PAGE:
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Manzano Day School

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La Glorieta; Fergusson Place
Late 1690s; 1850s south and west wings; c. 1905 north and east wings and courtyard. 1801 Central Ave. NW.
  • (Photograph by Regina N. Emmer)
  • (Photograph by Regina N. Emmer)
  • (Photograph by Regina N. Emmer)
  • (Photograph by Regina N. Emmer)
  • (Photograph by Regina N. Emmer)

La Glorieta is Albuquerque’s only surviving example of a Spanish Colonial hacienda, and an artifact of the changes effected by the city’s nineteenth-century transition from frontier village to railroad town.

Multiple building phases produced La Glorieta’s present form as a one-story, flat-roofed hacienda, with three-foot thick adobe walls and room arranged around a central placita wrapped by wooden porticos (portals). Don Diego de Trujillo, a soldier who came to the Province of New Mexico from Mexico in 1641, built the original hacienda circa 1662. The Trujillo family fled to El Paso during the Pueblo Revolt of 1680–1692, but returned in the 1690s to rebuild their partially destroyed home. It is unclear how much, if any, of this original structure survives. The oldest verifiable parts of the house date to the 1850s, when the L-shaped south and west wings were built.

Following the Americanization of New Mexico, the hacienda became associated with successive generations of three families who played prominent roles in shaping modern Albuquerque: the Hunings, the Fergussons, and the Simms. In 1861, Franz Huning acquired the eight-room hacienda and its 700 acres of land from the Franciscan friars who owned it at the time. A German immigrant who came to New Mexico in 1849 as a wagon train “bull whacker” on the Santa Fe Trail, Huning went on to make his fortune in Albuquerque as a merchant, mill operator, and land speculator. In 1880, with two other businessmen, he formed the New Mexico Town Company that developed New Town Albuquerque as the principal depot, repair yard, and division point in New Mexico for the Atchison, Topeka and Santa Fe Railroad.

Huning named the estate La Glorieta, after the Spanish word for “arbor,” and lived there until 1883, when he moved into his newly built mansion, Huning Castle; six years later, he gave La Glorieta to his daughter, Clara, after she married the local attorney, Harvey Butler Fergusson. Between 1864 and 1905, the Huning and Fergusson families added north and east wings to the house, enclosing the placita and giving La Glorieta its definitive form.

In 1940, Ruth Hanna McCormick Simms purchased La Glorieta to house the Manzano Day School. A former Illinois congresswoman from Chicago, McCormick had moved to Albuquerque in 1932, after she married the local businessman and former New Mexico congressman, Albert Gallatin Simms. Looking to provide what she saw as a proper education for her daughter and the children of like-minded families, she established the Manzano Day School in 1938.

Paradoxically, La Glorieta belonged to, and was treasured by, some of the very families who led Albuquerque’s modernization between the Civil War and World War II. The arrival of the railroad had shifted Albuquerque’s economic center from the original Plaza where Huning ran his store a short distance from La Glorieta to the New Town that sprang up alongside the railroad tracks two miles to the east. Left behind by progress, what became Albuquerque’s “Old Town” transformed itself into a tourist destination in the twentieth century by refashioning its late-nineteenth-century commercial and residential buildings into simulations of earlier Spanish Colonial structures. La Glorieta needed no such window dressing; through a long history of rebuilding and additions, it had managed to preserve its material authenticity as a vernacular adobe dwelling.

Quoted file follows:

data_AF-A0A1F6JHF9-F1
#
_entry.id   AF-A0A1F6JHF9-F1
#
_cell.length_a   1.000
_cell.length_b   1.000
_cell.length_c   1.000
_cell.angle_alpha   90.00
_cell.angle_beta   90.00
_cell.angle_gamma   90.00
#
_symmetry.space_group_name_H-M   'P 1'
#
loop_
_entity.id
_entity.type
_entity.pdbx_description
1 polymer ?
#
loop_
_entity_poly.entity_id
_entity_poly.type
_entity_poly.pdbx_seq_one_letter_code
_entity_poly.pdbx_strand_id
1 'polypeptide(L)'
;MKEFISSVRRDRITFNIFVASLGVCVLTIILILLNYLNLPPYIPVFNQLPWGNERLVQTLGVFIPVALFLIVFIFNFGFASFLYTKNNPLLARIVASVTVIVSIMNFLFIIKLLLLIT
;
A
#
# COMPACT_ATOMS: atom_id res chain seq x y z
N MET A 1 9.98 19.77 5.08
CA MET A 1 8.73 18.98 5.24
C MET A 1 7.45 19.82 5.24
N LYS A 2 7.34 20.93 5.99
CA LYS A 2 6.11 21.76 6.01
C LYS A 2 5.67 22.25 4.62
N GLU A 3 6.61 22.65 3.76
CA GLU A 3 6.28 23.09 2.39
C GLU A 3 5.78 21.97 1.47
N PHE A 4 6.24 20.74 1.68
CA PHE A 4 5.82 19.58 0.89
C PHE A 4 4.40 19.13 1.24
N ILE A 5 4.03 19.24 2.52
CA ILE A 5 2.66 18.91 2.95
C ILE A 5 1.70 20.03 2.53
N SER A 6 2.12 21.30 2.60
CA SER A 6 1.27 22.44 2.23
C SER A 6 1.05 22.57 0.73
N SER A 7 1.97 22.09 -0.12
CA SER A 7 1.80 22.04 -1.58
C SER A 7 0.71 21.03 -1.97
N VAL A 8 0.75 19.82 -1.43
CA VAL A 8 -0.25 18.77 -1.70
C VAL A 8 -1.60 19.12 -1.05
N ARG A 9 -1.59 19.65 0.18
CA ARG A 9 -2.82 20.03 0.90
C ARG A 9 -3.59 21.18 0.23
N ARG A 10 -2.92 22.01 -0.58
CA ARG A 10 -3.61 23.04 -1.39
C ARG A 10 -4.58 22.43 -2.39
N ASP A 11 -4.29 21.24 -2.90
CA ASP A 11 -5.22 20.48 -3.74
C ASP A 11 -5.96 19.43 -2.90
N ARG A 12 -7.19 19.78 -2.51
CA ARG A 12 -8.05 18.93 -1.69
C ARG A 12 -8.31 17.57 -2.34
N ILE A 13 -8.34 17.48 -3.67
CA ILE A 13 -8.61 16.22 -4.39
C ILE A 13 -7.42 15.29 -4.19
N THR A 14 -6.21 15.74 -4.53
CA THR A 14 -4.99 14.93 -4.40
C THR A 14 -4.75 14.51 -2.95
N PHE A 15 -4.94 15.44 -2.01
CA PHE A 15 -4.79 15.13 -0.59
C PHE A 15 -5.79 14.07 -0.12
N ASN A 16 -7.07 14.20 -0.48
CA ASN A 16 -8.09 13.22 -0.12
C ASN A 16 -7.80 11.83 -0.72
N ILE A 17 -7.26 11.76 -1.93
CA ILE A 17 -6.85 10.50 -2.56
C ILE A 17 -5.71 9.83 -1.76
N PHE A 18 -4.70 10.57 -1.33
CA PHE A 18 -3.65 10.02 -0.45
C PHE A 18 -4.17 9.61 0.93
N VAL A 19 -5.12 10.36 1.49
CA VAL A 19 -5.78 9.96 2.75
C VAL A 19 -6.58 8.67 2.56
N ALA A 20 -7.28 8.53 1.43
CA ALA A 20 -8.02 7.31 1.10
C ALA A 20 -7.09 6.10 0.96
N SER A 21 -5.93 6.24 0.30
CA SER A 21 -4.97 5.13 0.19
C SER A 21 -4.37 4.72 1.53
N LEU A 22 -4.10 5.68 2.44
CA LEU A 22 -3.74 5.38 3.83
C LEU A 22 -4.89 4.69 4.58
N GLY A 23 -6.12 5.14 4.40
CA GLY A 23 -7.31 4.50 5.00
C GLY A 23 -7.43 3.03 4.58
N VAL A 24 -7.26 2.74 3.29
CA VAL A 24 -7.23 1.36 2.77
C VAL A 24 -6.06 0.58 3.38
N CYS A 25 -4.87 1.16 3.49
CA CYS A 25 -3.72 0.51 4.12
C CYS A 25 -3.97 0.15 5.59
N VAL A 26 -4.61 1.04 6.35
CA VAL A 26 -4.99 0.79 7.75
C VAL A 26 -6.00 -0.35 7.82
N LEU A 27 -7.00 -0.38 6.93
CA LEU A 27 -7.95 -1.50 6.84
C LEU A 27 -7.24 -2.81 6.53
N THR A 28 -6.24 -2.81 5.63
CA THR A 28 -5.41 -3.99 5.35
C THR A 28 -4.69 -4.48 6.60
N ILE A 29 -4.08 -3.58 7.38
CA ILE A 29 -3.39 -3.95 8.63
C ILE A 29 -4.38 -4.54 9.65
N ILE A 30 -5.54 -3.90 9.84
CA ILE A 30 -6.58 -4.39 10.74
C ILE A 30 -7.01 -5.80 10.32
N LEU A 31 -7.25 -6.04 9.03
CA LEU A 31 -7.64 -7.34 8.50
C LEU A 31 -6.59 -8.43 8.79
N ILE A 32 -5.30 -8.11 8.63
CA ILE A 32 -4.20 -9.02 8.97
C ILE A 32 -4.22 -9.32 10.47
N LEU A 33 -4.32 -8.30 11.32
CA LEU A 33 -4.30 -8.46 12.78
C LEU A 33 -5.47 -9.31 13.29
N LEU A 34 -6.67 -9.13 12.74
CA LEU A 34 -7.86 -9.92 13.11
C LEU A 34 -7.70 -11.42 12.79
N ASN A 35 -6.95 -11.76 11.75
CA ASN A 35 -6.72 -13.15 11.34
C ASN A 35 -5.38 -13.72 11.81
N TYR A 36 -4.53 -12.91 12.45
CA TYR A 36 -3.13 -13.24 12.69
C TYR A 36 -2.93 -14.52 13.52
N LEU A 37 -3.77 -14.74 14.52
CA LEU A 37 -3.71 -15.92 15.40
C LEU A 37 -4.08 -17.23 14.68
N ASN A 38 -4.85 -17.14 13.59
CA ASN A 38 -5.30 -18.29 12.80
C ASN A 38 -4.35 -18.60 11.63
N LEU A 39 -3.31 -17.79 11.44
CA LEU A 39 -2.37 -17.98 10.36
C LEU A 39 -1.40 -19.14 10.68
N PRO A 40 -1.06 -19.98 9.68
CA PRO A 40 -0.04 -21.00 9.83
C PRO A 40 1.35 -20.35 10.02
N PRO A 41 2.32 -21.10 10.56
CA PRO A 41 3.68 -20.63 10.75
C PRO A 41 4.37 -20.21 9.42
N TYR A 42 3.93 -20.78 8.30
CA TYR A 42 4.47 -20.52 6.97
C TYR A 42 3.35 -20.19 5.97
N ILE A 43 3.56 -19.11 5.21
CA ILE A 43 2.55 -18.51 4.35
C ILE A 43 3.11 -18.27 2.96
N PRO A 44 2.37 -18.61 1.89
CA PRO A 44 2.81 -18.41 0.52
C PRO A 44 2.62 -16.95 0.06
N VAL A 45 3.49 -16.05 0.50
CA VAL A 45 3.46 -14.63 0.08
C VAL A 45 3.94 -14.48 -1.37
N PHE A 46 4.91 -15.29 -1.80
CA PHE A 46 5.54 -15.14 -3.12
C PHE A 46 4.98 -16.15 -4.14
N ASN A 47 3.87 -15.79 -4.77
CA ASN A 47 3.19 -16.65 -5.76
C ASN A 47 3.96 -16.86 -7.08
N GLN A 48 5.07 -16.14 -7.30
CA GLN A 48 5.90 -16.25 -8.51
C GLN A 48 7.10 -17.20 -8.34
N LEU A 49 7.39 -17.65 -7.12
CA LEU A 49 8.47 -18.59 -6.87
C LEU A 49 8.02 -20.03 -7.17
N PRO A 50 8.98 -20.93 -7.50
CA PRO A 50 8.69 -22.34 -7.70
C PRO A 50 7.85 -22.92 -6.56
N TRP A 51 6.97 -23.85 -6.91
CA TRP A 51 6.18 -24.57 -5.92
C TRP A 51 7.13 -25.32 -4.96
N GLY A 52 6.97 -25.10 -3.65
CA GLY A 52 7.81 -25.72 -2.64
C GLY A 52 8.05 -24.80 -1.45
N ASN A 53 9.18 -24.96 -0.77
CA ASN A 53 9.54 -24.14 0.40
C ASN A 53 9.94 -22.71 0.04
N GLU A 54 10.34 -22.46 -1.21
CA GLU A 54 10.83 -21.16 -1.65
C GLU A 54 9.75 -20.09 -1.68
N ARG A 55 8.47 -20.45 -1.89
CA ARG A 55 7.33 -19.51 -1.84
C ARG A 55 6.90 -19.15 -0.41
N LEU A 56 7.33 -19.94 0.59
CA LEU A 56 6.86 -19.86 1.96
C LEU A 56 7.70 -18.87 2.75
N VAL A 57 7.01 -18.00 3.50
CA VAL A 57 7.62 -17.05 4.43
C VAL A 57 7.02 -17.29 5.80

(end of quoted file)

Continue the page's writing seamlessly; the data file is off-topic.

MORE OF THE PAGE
The Manzano Day School continues to use and maintain the hacienda as the centerpiece of its campus. It is closed to the public, but tours and visits can be arranged by appointment.


Bunting, Bainbridge. Early Architecture in New Mexico. Albuquerque, NM: University of New Mexico Press, 1976.

Dewitt, Susan. Historic Albuquerque Today. Revised second edition. Albuquerque: Historic Landmarks Survey of Albuquerque, 1978.

Fergusson, Erna. Albuquerque. Albuquerque: Merle Armitage Editions, 1947.

Mahoney, Jane. Albuquerque’s Huning Castle Neighborhoods. Charleston, SC: Arcadia Publishing, 2013.

Manzano Day School. “65 Years at Manzano Day School.” In Twigs: Winter 2004. Albuquerque, NM: Manzano Day School, 2004.

Manzano Day School. “A History of La Glorieta.” In Twigs: December 2014. Albuquerque, NM: Manzano Day School, 2014.

Simmons, Marc. Albuquerque: A Narrative History. Albuquerque: University of New Mexico, 1982.

Threinen, Ellen. Historic Architecture of Albuquerque’s Central Corridor.Albuquerque, NM: Task Force of Albuquerque Center, 1977.

Wilson, Chris. The Plazas of New Mexico. San Antonio, TX: Trinity University Press, 2011.

Writing Credits

Regina N. Emmer
Christopher C. Mead
Regina N. Emmer



  • 1661

    Original hacienda built by Don Diego de Trujillo
  • 1690

    Hacienda rebuilt by Trujillo Family
  • 1850

    South and west wings built
  • 1864

    North and east wings built; placita enclosed
  • 1970

    One-room addition to southwest part of building.
  • 1974

    Listed on the National Register of Historic Places.
  • 2008

    Preservation and restoration, Cornerstones Community Partnerships (historic conservation consultant)

What's Nearby


Regina N. Emmer, "Manzano Day School", [Albuquerque, New Mexico], SAH Archipedia, eds. Gabrielle Esperdy and Karen Kingsley, Charlottesville: UVaP, 2012—,

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